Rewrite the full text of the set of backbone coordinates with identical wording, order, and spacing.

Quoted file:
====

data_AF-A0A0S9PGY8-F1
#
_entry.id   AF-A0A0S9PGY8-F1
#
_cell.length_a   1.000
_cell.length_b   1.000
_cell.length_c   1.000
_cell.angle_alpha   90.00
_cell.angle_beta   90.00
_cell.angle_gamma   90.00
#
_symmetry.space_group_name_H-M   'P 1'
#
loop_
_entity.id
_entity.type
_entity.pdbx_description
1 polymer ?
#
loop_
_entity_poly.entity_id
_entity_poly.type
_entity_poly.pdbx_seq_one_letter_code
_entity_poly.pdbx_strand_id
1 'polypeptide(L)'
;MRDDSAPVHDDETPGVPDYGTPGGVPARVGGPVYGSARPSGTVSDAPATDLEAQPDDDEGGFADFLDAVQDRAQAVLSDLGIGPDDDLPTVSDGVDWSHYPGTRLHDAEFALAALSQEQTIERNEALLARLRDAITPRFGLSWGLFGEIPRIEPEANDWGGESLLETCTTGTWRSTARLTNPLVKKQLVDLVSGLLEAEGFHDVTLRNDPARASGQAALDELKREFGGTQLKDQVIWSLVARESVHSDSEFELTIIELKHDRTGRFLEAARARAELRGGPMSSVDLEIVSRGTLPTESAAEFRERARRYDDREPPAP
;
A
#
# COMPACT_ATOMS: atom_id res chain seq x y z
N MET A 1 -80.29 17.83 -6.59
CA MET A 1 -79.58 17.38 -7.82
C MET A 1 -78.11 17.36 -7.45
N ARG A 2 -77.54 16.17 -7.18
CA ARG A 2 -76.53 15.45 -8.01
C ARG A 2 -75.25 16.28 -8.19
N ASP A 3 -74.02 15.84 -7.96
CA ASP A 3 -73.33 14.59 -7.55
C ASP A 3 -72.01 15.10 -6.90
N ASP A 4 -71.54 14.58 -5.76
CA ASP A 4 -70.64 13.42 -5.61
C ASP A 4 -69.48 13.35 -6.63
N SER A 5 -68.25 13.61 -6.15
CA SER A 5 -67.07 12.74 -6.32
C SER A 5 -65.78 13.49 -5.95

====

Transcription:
data_AF-A0A0S9PGY8-F1
#
_entry.id   AF-A0A0S9PGY8-F1
#
_cell.length_a   1.000
_cell.length_b   1.000
_cell.length_c   1.000
_cell.angle_alpha   90.00
_cell.angle_beta   90.00
_cell.angle_gamma   90.00
#
_symmetry.space_group_name_H-M   'P 1'
#
loop_
_entity.id
_entity.type
_entity.pdbx_description
1 polymer ?
#
loop_
_entity_poly.entity_id
_entity_poly.type
_entity_poly.pdbx_seq_one_letter_code
_entity_poly.pdbx_strand_id
1 'polypeptide(L)'
;MRDDSAPVHDDETPGVPDYGTPGGVPARVGGPVYGSARPSGTVSDAPATDLEAQPDDDEGGFADFLDAVQDRAQAVLSDLGIGPDDDLPTVSDGVDWSHYPGTRLHDAEFALAALSQEQTIERNEALLARLRDAITPRFGLSWGLFGEIPRIEPEANDWGGESLLETCTTGTWRSTARLTNPLVKKQLVDLVSGLLEAEGFHDVTLRNDPARASGQAALDELKREFGGTQLKDQVIWSLVARESVHSDSEFELTIIELKHDRTGRFLEAARARAELRGGPMSSVDLEIVSRGTLPTESAAEFRERARRYDDREPPAP
;
A
#
# COMPACT_ATOMS: atom_id res chain seq x y z
N MET A 1 -80.29 17.83 -6.59
CA MET A 1 -79.58 17.38 -7.82
C MET A 1 -78.11 17.36 -7.45
N ARG A 2 -77.54 16.17 -7.18
CA ARG A 2 -76.53 15.45 -8.01
C ARG A 2 -75.25 16.28 -8.19
N ASP A 3 -74.02 15.84 -7.96
CA ASP A 3 -73.33 14.59 -7.55
C ASP A 3 -72.01 15.10 -6.90
N ASP A 4 -71.54 14.58 -5.76
CA ASP A 4 -70.64 13.42 -5.61
C ASP A 4 -69.48 13.35 -6.63
N SER A 5 -68.25 13.61 -6.15
CA SER A 5 -67.07 12.74 -6.32
C SER A 5 -65.78 13.49 -5.95